Medical facilities real estate investment trust MEDITRUST (NYSE: MT) saw its share price adjusted downward $6 11/16 to $37 5/16 after shareholders voted to merge Meditrust with its subsidiary, thoroughbred horserace track operator Santa Anita Companies. The combination brings more development property into the Meditrust fold as well as what should be a cash cow -- the pari-mutuel betting at the Santa Anita Racetrack facility. Meditrust shareholders received stock rights convertible into 1.2016 shares of Meditrust, which makes each Meditrust shareholder's unit worth $44.91as of today's close. Therefore, Meditrust shareholders gained almost $15/16 over the value of the number of shares they held yesterday.
DATA DIMENSIONS (Nasdaq: DDIM) lost $1 3/16 to $21 5/8 after the Year 2000 remediation software and consulting company reported a 33% sequential advance in revenues of $12.04 million and EPS of $0.11, which undershot the three estimates published by First Call. Operating income grew 90% sequentially, outpacing revenue growth by a wide margin. Some investors grumbled that the company missed the goals it had expressed last quarter. Judging by the sequential revenue growth, though, one would have to be quite overly optimistic to guide expectations higher than a one-third quarter-over-quarter rise in revenues. Most likely, investors were disappointed by the mix of software revenues and consulting revenues, as the stock was pushed to a 52-week high over $40 because investors were looking for a company with explosive growth in software and not consulting services. Investors interested in the problem of Year 2000 conversion and this company's role in solving that problem can check out the conference call replay at (800) 642-1687 (code: 677197).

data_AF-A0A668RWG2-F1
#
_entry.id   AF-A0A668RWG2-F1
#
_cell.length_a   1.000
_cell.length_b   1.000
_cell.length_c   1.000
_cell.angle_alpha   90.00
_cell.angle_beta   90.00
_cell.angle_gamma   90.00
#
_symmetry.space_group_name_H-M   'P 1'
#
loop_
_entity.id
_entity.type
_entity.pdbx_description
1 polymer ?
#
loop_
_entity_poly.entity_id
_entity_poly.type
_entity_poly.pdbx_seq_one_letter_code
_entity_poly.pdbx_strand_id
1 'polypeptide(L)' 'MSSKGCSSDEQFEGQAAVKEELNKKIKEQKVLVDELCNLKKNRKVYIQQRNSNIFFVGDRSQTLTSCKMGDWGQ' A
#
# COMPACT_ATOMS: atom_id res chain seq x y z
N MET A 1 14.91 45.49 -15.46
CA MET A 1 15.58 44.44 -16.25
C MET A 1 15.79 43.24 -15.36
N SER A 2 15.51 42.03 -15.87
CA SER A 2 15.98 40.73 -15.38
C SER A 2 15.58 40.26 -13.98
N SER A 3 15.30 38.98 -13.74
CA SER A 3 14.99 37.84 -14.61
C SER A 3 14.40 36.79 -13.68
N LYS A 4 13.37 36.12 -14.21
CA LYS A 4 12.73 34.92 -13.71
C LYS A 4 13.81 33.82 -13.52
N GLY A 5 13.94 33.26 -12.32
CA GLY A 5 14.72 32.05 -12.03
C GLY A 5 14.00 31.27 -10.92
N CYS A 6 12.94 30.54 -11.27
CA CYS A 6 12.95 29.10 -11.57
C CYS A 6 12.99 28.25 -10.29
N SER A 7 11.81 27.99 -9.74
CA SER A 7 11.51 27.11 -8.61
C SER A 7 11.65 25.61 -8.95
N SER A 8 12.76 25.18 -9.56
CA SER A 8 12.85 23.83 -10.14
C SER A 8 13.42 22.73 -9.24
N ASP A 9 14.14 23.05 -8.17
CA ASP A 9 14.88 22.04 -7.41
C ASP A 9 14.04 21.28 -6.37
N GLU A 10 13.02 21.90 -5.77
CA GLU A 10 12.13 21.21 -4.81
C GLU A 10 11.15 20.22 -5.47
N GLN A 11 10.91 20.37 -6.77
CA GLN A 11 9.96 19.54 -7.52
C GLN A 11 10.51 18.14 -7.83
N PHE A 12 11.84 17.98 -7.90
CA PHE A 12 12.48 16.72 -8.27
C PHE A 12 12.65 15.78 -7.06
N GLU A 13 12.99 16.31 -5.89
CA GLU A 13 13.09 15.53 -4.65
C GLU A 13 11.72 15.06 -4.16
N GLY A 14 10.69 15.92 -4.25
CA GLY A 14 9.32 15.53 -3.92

QUICK CUTS: NITINOL MEDICAL TECHNOLOGIES (Nasdaq: NMTI) fell $3 15/16 to $9 13/16 after the maker of equipment for minimally invasive surgical procedures reported Q2 EPS of $0.02, in line with estimates, but said prices for products such as its CardioSEAL occluder are proving to be more competitive than expected... Medical device developer ARTHROCARE CORP. (Nasdaq: ARTC) fell $1 5/16 to $10 3/4 on normal volume, possibly only coincidental to the introduction of a new device for arthroscopic surgery... Telephone triage company ACCESS HEALTH (Nasdaq: ACCS) slid $3 5/8 to $33 1/4 after reporting Q1 EPS of $0.25 (before an array of charges), beating estimates of $0.24... Information technology consulting company COTELLIGENT GROUP (Nasdaq: COTL) lost $1 7/8 to $18 3/8 prior to announcing after the bell a relative small acquisition of an engineering and consulting company.
Ski resort company AMERICAN SKIING CO. (NYSE: SKI) lost $1 from its initial public offering price of $18 after a company officer appeared on CNBC and dodged two direct questions about the company's growth rate, preferring instead to be cute for the camera... Long-term healthcare provider EMERITUS CORP. (AMEX: ESC) lost $1 1/4 to $13 1/16 after reporting third quarter financial results laden with losses resulting from rapid growth... Networking products company ASCEND COMMUNICATIONS (Nasdaq: ASND) continued its free fall today, losing $1 3/16 to $24 13/16 on concerns about recent insider sales as well as communication breakdowns between the company's management and shareholders.
3Com Under Fire